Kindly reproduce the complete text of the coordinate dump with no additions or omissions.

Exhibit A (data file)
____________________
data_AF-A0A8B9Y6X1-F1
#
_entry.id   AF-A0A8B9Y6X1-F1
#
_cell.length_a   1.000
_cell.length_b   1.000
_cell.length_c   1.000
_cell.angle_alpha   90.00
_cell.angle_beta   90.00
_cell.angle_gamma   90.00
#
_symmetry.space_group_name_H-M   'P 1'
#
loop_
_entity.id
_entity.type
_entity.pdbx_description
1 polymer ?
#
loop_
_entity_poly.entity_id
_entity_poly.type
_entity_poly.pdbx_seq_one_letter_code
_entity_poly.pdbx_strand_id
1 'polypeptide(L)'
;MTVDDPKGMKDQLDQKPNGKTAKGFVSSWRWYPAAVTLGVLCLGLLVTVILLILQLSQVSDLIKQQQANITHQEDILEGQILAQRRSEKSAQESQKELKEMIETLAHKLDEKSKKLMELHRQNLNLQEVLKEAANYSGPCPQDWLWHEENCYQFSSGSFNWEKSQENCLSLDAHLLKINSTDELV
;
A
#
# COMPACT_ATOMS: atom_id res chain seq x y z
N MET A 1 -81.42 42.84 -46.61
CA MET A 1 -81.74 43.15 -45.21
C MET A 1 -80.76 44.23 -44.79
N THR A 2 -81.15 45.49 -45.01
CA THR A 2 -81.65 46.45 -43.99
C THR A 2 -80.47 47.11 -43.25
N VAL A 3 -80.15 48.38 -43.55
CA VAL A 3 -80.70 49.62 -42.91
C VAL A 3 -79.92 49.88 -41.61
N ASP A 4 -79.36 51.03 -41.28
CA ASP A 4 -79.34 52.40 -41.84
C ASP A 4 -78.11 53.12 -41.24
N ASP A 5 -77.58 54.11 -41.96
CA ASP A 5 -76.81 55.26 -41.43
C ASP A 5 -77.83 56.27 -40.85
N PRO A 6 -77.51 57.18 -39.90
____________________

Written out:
data_AF-A0A8B9Y6X1-F1
#
_entry.id   AF-A0A8B9Y6X1-F1
#
_cell.length_a   1.000
_cell.length_b   1.000
_cell.length_c   1.000
_cell.angle_alpha   90.00
_cell.angle_beta   90.00
_cell.angle_gamma   90.00
#
_symmetry.space_group_name_H-M   'P 1'
#
loop_
_entity.id
_entity.type
_entity.pdbx_description
1 polymer ?
#
loop_
_entity_poly.entity_id
_entity_poly.type
_entity_poly.pdbx_seq_one_letter_code
_entity_poly.pdbx_strand_id
1 'polypeptide(L)'
;MTVDDPKGMKDQLDQKPNGKTAKGFVSSWRWYPAAVTLGVLCLGLLVTVILLILQLSQVSDLIKQQQANITHQEDILEGQILAQRRSEKSAQESQKELKEMIETLAHKLDEKSKKLMELHRQNLNLQEVLKEAANYSGPCPQDWLWHEENCYQFSSGSFNWEKSQENCLSLDAHLLKINSTDELV
;
A
#
# COMPACT_ATOMS: atom_id res chain seq x y z
N MET A 1 -81.42 42.84 -46.61
CA MET A 1 -81.74 43.15 -45.21
C MET A 1 -80.76 44.23 -44.79
N THR A 2 -81.15 45.49 -45.01
CA THR A 2 -81.65 46.45 -43.99
C THR A 2 -80.47 47.11 -43.25
N VAL A 3 -80.15 48.38 -43.55
CA VAL A 3 -80.70 49.62 -42.91
C VAL A 3 -79.92 49.88 -41.61
N ASP A 4 -79.36 51.03 -41.28
CA ASP A 4 -79.34 52.40 -41.84
C ASP A 4 -78.11 53.12 -41.24
N ASP A 5 -77.58 54.11 -41.96
CA ASP A 5 -76.81 55.26 -41.43
C ASP A 5 -77.83 56.27 -40.85
N PRO A 6 -77.51 57.18 -39.90